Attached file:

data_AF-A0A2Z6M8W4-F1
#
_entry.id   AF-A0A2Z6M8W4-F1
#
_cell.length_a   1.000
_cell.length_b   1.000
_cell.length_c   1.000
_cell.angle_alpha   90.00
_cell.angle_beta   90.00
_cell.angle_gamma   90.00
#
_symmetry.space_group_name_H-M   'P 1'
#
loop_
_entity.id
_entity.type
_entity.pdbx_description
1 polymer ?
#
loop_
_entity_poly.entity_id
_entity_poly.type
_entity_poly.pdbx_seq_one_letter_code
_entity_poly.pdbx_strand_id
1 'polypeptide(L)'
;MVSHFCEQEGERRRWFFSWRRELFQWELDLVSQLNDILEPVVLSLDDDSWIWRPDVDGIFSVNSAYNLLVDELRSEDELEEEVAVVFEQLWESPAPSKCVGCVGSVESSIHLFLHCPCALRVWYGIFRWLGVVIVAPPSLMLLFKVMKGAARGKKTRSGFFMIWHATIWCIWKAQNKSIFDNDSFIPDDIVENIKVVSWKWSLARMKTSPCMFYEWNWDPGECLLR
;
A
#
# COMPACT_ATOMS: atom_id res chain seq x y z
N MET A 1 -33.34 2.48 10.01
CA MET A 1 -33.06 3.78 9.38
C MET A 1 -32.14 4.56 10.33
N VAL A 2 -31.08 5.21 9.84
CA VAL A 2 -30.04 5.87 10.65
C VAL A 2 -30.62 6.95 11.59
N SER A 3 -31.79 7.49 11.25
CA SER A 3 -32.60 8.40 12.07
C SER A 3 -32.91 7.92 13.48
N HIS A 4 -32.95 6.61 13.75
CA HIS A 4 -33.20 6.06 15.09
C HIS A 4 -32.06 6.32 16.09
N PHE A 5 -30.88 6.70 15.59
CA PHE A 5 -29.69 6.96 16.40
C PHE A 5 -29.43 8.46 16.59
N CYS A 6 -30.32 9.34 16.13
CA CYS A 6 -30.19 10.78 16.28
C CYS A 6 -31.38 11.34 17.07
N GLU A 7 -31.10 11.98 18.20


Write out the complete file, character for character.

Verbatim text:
data_AF-A0A2Z6M8W4-F1
#
_entry.id   AF-A0A2Z6M8W4-F1
#
_cell.length_a   1.000
_cell.length_b   1.000
_cell.length_c   1.000
_cell.angle_alpha   90.00
_cell.angle_beta   90.00
_cell.angle_gamma   90.00
#
_symmetry.space_group_name_H-M   'P 1'
#
loop_
_entity.id
_entity.type
_entity.pdbx_description
1 polymer ?
#
loop_
_entity_poly.entity_id
_entity_poly.type
_entity_poly.pdbx_seq_one_letter_code
_entity_poly.pdbx_strand_id
1 'polypeptide(L)'
;MVSHFCEQEGERRRWFFSWRRELFQWELDLVSQLNDILEPVVLSLDDDSWIWRPDVDGIFSVNSAYNLLVDELRSEDELEEEVAVVFEQLWESPAPSKCVGCVGSVESSIHLFLHCPCALRVWYGIFRWLGVVIVAPPSLMLLFKVMKGAARGKKTRSGFFMIWHATIWCIWKAQNKSIFDNDSFIPDDIVENIKVVSWKWSLARMKTSPCMFYEWNWDPGECLLR
;
A
#
# COMPACT_ATOMS: atom_id res chain seq x y z
N MET A 1 -33.34 2.48 10.01
CA MET A 1 -33.06 3.78 9.38
C MET A 1 -32.14 4.56 10.33
N VAL A 2 -31.08 5.21 9.84
CA VAL A 2 -30.04 5.87 10.65
C VAL A 2 -30.62 6.95 11.59
N SER A 3 -31.79 7.49 11.25
CA SER A 3 -32.60 8.40 12.07
C SER A 3 -32.91 7.92 13.48
N HIS A 4 -32.95 6.61 13.75
CA HIS A 4 -33.20 6.06 15.09
C HIS A 4 -32.06 6.32 16.09
N PHE A 5 -30.88 6.70 15.59
CA PHE A 5 -29.69 6.96 16.40
C PHE A 5 -29.43 8.46 16.59
N CYS A 6 -30.32 9.34 16.13
CA CYS A 6 -30.19 10.78 16.28
C CYS A 6 -31.38 11.34 17.07
N GLU A 7 -31.10 11.98 18.20